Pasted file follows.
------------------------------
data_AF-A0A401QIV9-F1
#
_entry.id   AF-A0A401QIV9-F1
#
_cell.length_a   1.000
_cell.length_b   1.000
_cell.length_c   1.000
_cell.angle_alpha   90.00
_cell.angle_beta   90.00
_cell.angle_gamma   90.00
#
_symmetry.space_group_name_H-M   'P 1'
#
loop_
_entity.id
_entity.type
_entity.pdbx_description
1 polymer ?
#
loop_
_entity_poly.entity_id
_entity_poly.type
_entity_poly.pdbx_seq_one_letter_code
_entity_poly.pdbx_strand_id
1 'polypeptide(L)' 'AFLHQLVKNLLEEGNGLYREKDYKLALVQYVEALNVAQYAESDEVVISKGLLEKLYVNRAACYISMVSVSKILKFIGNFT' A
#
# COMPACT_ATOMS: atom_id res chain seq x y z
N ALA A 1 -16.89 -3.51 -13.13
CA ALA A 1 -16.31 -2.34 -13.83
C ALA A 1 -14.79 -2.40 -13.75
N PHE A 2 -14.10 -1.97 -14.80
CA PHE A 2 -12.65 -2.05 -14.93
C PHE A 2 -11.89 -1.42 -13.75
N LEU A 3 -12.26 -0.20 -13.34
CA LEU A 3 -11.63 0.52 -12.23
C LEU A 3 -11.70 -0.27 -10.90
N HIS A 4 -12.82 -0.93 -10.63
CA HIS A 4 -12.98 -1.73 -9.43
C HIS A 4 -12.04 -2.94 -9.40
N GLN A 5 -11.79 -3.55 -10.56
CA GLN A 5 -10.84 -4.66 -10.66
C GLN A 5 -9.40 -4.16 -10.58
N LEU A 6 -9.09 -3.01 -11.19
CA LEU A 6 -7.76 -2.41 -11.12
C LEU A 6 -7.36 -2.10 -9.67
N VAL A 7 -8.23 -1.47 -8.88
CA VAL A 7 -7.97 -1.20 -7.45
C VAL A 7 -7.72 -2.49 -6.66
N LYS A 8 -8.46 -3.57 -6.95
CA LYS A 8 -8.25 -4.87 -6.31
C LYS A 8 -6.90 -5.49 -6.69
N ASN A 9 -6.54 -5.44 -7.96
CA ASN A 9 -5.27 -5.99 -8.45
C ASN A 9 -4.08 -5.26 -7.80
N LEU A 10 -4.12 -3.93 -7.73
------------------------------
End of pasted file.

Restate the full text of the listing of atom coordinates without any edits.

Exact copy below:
data_AF-A0A401QIV9-F1
#
_entry.id   AF-A0A401QIV9-F1
#
_cell.length_a   1.000
_cell.length_b   1.000
_cell.length_c   1.000
_cell.angle_alpha   90.00
_cell.angle_beta   90.00
_cell.angle_gamma   90.00
#
_symmetry.space_group_name_H-M   'P 1'
#
loop_
_entity.id
_entity.type
_entity.pdbx_description
1 polymer ?
#
loop_
_entity_poly.entity_id
_entity_poly.type
_entity_poly.pdbx_seq_one_letter_code
_entity_poly.pdbx_strand_id
1 'polypeptide(L)' 'AFLHQLVKNLLEEGNGLYREKDYKLALVQYVEALNVAQYAESDEVVISKGLLEKLYVNRAACYISMVSVSKILKFIGNFT' A
#
# COMPACT_ATOMS: atom_id res chain seq x y z
N ALA A 1 -16.89 -3.51 -13.13
CA ALA A 1 -16.31 -2.34 -13.83
C ALA A 1 -14.79 -2.40 -13.75
N PHE A 2 -14.10 -1.97 -14.80
CA PHE A 2 -12.65 -2.05 -14.93
C PHE A 2 -11.89 -1.42 -13.75
N LEU A 3 -12.26 -0.20 -13.34
CA LEU A 3 -11.63 0.52 -12.23
C LEU A 3 -11.70 -0.27 -10.90
N HIS A 4 -12.82 -0.93 -10.63
CA HIS A 4 -12.98 -1.73 -9.43
C HIS A 4 -12.04 -2.94 -9.40
N GLN A 5 -11.79 -3.55 -10.56
CA GLN A 5 -10.84 -4.66 -10.66
C GLN A 5 -9.40 -4.16 -10.58
N LEU A 6 -9.09 -3.01 -11.19
CA LEU A 6 -7.76 -2.41 -11.12
C LEU A 6 -7.36 -2.10 -9.67
N VAL A 7 -8.23 -1.47 -8.88
CA VAL A 7 -7.97 -1.20 -7.45
C VAL A 7 -7.72 -2.49 -6.66
N LYS A 8 -8.46 -3.57 -6.95
CA LYS A 8 -8.25 -4.87 -6.31
C LYS A 8 -6.90 -5.49 -6.69
N ASN A 9 -6.54 -5.44 -7.96
CA ASN A 9 -5.27 -5.99 -8.45
C ASN A 9 -4.08 -5.26 -7.80
N LEU A 10 -4.12 -3.93 -7.73